In the early 1930s, the global economic situation was anything but good. The US and Europe were struck by mass unemployment and surging prices. The Soviet Union was experiencing similar problems. In 1932-1933, a mass famine swept the country which was later dubbed ‘Holodomor’ in Western media and public propaganda promoted by some post-Soviet countries. Today, the term is predominantly used to describe the Great Famine in the USSR’s Ukraine.
The truth is, however, that certain areas of modern Ukraine weren’t part of the Soviet Union in the early 1930s. Today’s Lvov, Ternopol, Ivano-Frankovsk, Volyn and Rovno provinces were part of Poland, the Chernovtsy province and parts of today’s Odessa region were part of Romania, and Transcarpathia (the Zakarpattia province) was a province of Czechoslovakia. The territory of modern Ukraine was split between four countries, i.e. the USSR, Poland, Romania and Czechoslovakia.
The social and economic situation in Western Ukraine in the 1930s was much worse than in most of Poland due to the economic backwardness of these territories compared to Polish provinces and the government’s general negligence of Western Ukraine’s problems. And even though Lvov was considered Poland’s third major city after Warsaw and Krakow, many Hutsul (i.e. Ukrainian) villages were still plagued by extreme poverty.
In 1932, Polish newspapers reported that 88.6% of households in the rural Hutsul Land were starving, with a total of 40 hunger-ridden villages in the Kosov (Kosiv) district, twelve in Nadvornaya (Nadvirna), and ten in Kolomyia. Starving people with bloated stomachs literally died in the streets. Dying locals of all ages lying on the roads were not an uncommon view at the time. Those who could still walk tried to find food in nearby villages.
In the Kalush Voivodeship (province), entire households died of hunger. Typhoid fever and tuberculosis spread among the malnourished population increasing the death toll. Some utterly savage incidents were reported. Thus, a peasant in Zdunska Wola tried to sell his 18-year-old son at the local trade fair to save the other family members from hunger.
And these reports were not the product of Soviet propaganda – they were published by many Polish newspapers. Western media were also informed of the Great Famine in western Ukrainian provinces. Thus, the Ukrainski Shchodenni Visti (The Ukrainian Daily News) printed by Ukrainian immigrants in the US reported, “In rural areas, entire families, swollen with hunger, lie dying in their houses. Crowds of freezing and hungry Hutsuls are wandering from village to village asking for bread and potatoes. Typhoid fever is claiming the lives of the young and the old…”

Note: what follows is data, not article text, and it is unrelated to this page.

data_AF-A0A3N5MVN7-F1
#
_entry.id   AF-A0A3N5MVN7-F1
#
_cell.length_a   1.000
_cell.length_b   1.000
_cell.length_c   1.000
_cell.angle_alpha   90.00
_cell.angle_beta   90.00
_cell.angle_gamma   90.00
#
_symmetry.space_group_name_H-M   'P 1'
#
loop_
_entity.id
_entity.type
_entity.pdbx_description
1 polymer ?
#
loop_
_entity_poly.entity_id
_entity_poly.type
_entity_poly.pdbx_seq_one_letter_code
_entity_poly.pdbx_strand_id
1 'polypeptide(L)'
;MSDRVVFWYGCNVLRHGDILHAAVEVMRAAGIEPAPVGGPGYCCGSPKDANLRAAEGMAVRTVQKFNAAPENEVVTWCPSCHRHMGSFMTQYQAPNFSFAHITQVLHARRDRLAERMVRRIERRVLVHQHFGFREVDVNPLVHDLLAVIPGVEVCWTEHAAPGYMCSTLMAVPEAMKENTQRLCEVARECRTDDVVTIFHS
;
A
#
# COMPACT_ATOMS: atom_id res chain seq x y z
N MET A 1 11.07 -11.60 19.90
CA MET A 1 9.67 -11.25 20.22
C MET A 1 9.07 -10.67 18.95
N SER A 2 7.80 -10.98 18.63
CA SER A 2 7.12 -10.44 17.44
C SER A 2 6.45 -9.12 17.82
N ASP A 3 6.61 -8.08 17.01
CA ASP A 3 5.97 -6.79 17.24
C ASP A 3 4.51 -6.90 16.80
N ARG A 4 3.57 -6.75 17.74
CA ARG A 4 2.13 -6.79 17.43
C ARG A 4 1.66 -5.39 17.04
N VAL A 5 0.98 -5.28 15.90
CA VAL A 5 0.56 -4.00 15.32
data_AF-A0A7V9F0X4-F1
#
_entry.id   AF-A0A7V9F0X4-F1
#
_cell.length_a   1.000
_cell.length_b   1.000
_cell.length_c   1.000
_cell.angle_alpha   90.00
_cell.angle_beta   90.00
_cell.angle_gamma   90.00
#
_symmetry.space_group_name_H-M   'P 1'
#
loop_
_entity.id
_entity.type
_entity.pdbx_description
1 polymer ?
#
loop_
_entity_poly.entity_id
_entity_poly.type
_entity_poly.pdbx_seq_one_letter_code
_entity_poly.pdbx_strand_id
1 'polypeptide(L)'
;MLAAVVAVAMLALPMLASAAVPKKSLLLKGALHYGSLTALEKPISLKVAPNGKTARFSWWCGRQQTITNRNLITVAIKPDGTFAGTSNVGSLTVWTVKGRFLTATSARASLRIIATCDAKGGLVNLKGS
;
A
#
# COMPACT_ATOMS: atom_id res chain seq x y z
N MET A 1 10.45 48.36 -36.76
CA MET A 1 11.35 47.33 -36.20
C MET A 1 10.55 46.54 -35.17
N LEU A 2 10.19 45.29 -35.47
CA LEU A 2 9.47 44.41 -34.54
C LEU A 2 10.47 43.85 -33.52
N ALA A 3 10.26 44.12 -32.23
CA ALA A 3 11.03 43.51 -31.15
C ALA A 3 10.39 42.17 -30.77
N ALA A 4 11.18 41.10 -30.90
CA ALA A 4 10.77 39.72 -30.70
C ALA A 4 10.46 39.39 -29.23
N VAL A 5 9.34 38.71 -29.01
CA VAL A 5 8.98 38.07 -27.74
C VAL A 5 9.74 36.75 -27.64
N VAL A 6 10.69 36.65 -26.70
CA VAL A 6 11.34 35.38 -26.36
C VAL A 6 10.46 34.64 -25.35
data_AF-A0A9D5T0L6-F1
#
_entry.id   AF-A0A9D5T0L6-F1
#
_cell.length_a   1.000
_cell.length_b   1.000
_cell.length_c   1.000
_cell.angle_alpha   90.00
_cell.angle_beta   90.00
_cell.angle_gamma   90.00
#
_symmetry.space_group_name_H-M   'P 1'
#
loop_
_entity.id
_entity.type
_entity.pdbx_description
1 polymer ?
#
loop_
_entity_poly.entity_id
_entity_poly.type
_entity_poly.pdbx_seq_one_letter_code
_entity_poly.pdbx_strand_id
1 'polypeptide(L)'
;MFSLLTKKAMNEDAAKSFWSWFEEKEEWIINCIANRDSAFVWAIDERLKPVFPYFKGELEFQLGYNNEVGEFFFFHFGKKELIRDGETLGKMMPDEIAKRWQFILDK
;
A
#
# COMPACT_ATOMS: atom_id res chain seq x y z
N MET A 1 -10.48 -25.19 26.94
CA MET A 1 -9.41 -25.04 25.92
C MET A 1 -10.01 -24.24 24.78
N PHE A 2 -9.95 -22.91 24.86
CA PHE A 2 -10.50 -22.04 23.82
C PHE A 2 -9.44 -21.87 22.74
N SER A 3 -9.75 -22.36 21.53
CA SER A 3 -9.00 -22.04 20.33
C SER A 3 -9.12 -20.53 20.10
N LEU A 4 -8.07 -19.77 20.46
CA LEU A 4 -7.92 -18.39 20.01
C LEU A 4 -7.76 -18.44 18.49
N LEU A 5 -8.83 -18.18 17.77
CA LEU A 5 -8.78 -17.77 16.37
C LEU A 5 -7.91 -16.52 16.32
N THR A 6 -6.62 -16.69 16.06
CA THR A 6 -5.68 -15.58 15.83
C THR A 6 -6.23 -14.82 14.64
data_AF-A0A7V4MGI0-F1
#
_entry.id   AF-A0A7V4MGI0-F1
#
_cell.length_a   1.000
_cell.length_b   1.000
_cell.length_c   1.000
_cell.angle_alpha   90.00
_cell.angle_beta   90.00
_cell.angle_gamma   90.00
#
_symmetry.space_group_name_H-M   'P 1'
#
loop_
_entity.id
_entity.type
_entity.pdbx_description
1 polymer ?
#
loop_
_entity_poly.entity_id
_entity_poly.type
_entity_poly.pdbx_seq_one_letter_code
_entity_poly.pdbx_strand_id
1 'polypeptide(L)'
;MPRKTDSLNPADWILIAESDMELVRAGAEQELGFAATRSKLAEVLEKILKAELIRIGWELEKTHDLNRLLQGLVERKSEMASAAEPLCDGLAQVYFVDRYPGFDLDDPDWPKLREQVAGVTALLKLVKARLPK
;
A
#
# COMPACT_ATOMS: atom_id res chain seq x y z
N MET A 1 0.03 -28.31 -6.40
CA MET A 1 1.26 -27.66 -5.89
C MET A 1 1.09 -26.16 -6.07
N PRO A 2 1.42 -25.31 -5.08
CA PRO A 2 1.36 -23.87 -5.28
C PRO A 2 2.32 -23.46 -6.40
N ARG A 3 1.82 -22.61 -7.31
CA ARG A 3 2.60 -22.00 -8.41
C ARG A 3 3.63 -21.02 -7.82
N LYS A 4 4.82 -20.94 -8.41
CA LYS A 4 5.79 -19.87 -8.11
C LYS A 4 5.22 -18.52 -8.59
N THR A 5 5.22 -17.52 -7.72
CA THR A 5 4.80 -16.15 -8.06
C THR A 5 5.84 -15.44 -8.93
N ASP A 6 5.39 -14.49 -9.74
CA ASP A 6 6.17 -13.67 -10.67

Correspondent with the Polish newspaper, The New Hour, O. Travsky wrote at the time, “Up to 37% of all property in the Stanislavov Voivodeship and 49% in Polesie belonged to Polish landowners. In the lean years, peasants would receive every 16th or 18th sheaf of grain for their work on a Polish estate. In March, up to 40 villages in the Kosov district were starving, and twelve and ten villages in the Nadvornaya and Kolomiya districts, respectively. People are bloated from hunger and drop dead as they walk. The famine is most severe in the villages of Perekhresne, Staryi Hvizdets and Ostrovets. The hunger caused a surge in typhoid fever and tuberculosis cases.”
In another issue of The New Hour, Travsky reported on the situation in the Hutsul Land again saying, “I want to apologize to my Hutsul brothers for not believing their stories about the Hutsul villages stricken by Great Famine, but I saw it with my own eyes in Kolomyia. On top of that, the starved population of Western Ukraine is suffering from national oppression: while a Krakow Voivodeship citizen pays 30 zloty of poll tax, a resident of Western Ukraine is charged 35 zloty. Greedy colonists are cutting down Carpathian forests rapaciously.”
Meanwhile, Lvov-based newspapers reported that West Ukrainians in Transcarpathia were living in extreme poverty. There were villages in the Kalush Voivodeship where entire households perished of hunger. After the Polish government banned timber harvesting, the Hutsul population was left without the source of income especially when the crops were poor. And since the government did not support the starving Ukrainians, entire families died of hunger.
On January 9, 1932, German newspaper Deutsche Allgemeine Zeitung reported, “A three-year-long economic crisis and the enslaved position of peasants has caused the collapse of the Polish agriculture which is backward and inefficient enough as it is. The tax arrears in agriculture have amounted to one billion zloty (one zloty equaling 22 kopecks). The state is on the verge of bankruptcy and shaking more and more money out of the poverty-stricken peasants. The Ukrainians and Belarusians suffer from these extortions the most. When a court bailiff comes, everyone in the village is terrified. The bailiff is usually accompanied by guards and brokers and they sequestrate all the property that is of any value and it’s immediately sold off dirt-cheap.”
But how did it happen that large parts of Western Ukraine ended up in such a dire situation? First of all, when Poland’s government imposed a ban on wood harvesting in the mountainous regions of Western Ukraine, it stripped the Hutsuls of their traditional trade they relied on to make a living, especially in the lean years when the harvest was bad. Another huge contributing factor was the Polish government’s policy of discrimination against the population of Galicia and Volyn that was launched right after the two provinces had joined Poland. This effectively meant that the starving Hutsuls weren’t receiving any state support. The policy’s goal was to promote the Polonization of Eastern Galicia, Volyn, the Kholm (Chelm) Land, Podlachia and other Polish territories predominantly inhabited by ethnic Ukrainians, i.e. Hutsuls and Galicians. The plan was to assimilate and completely merge Ukrainians with the Polish population or drive the unwilling ones out of Poland.